Make sure there is no energy leakage and that you don't collapse when you tire with each step.

Hips   

If you run with high hips this will keep you in the tall upright posture that you should be aiming for, before you run just tuck your tailbone (your bottom) in.  This pushes the hips forward and enables you to run tall.

Foot strike              

There is no right way or wrong way to land on your feet, generally as long as you land underneath your center of gravity and don’t over stride this will help improve your leg turnover, so imagine that you are “popping” off the ground.

Running without a buggy will seem so much easier if you practice the following;

arms

Bend your arms at the elbow, about a 90-degree angle and drive your elbow back, as though you are hammering a nail into a wall.  This stops the arms crossing your body and consequently twisting your torso.  If you run with a strong arm drive your body will look for symmetry therefor your arms should match your legs, and it’s easier to drive our arms back when you are tired than driving the knee up but by doing this, trust me your legs will follow.

Hands           

Your hands do not want to be clenched into a fist, they need to be relaxed; clenching them  wastes too much energy. Imagine that you have a budgie in each hand and you are gently carrying the budgies so that they don’t get squashed, if you clench your fists you will kill the budgies; remember “Don’t kill the budgies!”  In other words, keep your hands relaxed and slightly cupped.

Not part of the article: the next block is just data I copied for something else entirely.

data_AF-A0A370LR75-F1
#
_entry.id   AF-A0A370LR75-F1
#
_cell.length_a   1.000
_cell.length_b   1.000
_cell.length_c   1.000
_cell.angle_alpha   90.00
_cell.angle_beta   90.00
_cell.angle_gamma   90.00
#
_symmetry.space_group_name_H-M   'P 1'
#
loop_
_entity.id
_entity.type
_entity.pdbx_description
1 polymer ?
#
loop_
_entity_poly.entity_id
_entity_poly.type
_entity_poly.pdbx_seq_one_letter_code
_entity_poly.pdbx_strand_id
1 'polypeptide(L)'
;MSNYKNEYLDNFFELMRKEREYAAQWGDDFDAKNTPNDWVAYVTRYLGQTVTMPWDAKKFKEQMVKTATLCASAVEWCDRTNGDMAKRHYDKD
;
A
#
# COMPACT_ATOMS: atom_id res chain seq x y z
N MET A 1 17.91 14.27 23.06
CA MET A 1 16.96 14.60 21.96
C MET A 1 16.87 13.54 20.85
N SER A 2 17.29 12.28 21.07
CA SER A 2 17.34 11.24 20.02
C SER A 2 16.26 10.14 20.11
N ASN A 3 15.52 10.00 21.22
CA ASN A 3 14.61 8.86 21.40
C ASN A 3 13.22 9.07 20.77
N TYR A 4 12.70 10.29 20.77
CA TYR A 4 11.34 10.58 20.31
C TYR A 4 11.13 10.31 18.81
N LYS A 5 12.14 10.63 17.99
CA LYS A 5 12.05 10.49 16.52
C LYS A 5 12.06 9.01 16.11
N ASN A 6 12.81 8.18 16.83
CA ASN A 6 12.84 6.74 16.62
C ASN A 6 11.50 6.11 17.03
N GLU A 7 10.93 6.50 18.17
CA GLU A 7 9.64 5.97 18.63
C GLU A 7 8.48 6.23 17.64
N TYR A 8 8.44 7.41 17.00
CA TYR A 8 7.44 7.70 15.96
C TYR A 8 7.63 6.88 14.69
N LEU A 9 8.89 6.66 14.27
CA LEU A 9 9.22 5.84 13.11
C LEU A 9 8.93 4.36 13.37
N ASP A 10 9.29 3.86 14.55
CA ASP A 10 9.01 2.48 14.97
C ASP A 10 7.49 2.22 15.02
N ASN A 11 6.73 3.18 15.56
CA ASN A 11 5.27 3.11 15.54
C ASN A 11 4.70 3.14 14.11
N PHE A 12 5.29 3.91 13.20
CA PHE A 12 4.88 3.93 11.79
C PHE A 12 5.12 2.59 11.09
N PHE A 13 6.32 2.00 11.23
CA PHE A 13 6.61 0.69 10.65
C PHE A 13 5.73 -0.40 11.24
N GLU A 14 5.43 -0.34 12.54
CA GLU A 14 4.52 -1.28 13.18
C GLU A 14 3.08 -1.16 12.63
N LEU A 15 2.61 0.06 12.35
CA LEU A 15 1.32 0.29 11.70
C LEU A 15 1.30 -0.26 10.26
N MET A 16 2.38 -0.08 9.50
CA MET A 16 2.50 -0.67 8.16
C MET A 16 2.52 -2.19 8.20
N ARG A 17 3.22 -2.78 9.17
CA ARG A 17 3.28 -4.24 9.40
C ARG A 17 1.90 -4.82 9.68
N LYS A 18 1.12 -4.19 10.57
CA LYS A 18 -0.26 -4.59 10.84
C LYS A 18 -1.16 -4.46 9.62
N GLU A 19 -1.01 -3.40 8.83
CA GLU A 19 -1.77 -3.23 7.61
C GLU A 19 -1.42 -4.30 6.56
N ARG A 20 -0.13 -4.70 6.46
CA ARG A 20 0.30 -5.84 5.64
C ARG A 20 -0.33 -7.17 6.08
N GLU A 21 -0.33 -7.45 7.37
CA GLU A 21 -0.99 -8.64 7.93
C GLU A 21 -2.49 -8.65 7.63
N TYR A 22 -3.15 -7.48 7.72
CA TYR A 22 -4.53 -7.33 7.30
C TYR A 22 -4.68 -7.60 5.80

Week 1 Session and Homework

Warm up followed by running drills.  Running for 2 mins and 1 minute recovery for 25 mins. If possible try and get out once more, follow the warm up and cool down routine and run for 2 mins with 1 min recovery for a total of 20 mins.  Focus on your posture and your technique and if you feel yourself tiring then pull up through your head and shoulders.

When is it time for new trainers?

There is no definite answer to this question as it depends on so many factors, however in my experience one thing is for certain that running or starting running in battered, worn out shoes is the leading cause of running injuries and can be as bad for you as running in shoes that just don’t fit you.

Running shoes are a consumable so even though you may have had them for a long time but not run many miles in them, you do need to be mindful of whether they are doing the job of protecting your feet/ankles/knees/hips as with any other consumable they do have a shelf life.  However, they are generally more expensive than many other consumables and people do treat them as long term products and tend to hold on to them for a long time.

Trainers are designed to have a shelf life, if you think of the cushioning of the midsole of a trainer as being similar to bubble wrap so with every step you take some of the bubbles burst and just like bubble wrap whose bubbles have been burst you end up with an un-cushioned and flat support system where there was once cushioning.